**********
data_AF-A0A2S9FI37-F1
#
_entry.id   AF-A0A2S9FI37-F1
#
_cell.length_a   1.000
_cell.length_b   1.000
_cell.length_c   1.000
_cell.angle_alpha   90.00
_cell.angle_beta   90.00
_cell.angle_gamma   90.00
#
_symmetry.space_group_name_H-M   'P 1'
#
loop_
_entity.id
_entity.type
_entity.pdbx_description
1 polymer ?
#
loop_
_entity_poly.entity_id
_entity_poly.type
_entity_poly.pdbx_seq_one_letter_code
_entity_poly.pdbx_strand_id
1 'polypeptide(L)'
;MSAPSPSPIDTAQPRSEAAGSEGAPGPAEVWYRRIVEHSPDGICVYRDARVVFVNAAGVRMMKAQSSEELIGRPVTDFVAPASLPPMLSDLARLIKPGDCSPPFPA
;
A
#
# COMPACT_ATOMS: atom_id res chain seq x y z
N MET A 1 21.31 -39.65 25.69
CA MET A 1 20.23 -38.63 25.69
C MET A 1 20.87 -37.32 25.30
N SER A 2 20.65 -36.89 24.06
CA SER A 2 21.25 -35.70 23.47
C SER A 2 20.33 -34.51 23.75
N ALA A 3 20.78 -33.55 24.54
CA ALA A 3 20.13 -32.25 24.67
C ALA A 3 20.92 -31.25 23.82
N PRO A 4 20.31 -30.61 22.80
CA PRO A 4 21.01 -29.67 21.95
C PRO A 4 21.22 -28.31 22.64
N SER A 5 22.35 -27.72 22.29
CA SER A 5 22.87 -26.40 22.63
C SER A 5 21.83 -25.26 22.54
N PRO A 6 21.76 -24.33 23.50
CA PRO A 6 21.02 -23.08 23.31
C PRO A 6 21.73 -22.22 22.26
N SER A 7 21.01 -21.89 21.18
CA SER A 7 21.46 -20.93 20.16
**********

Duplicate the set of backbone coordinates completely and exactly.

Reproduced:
data_AF-A0A2S9FI37-F1
#
_entry.id   AF-A0A2S9FI37-F1
#
_cell.length_a   1.000
_cell.length_b   1.000
_cell.length_c   1.000
_cell.angle_alpha   90.00
_cell.angle_beta   90.00
_cell.angle_gamma   90.00
#
_symmetry.space_group_name_H-M   'P 1'
#
loop_
_entity.id
_entity.type
_entity.pdbx_description
1 polymer ?
#
loop_
_entity_poly.entity_id
_entity_poly.type
_entity_poly.pdbx_seq_one_letter_code
_entity_poly.pdbx_strand_id
1 'polypeptide(L)'
;MSAPSPSPIDTAQPRSEAAGSEGAPGPAEVWYRRIVEHSPDGICVYRDARVVFVNAAGVRMMKAQSSEELIGRPVTDFVAPASLPPMLSDLARLIKPGDCSPPFPA
;
A
#
# COMPACT_ATOMS: atom_id res chain seq x y z
N MET A 1 21.31 -39.65 25.69
CA MET A 1 20.23 -38.63 25.69
C MET A 1 20.87 -37.32 25.30
N SER A 2 20.65 -36.89 24.06
CA SER A 2 21.25 -35.70 23.47
C SER A 2 20.33 -34.51 23.75
N ALA A 3 20.78 -33.55 24.54
CA ALA A 3 20.13 -32.25 24.67
C ALA A 3 20.92 -31.25 23.82
N PRO A 4 20.31 -30.61 22.80
CA PRO A 4 21.01 -29.67 21.95
C PRO A 4 21.22 -28.31 22.64
N SER A 5 22.35 -27.72 22.29
CA SER A 5 22.87 -26.40 22.63
C SER A 5 21.83 -25.26 22.54
N PRO A 6 21.76 -24.33 23.50
CA PRO A 6 21.02 -23.08 23.31
C PRO A 6 21.73 -22.22 22.26
N SER A 7 21.01 -21.89 21.18
CA SER A 7 21.46 -20.93 20.16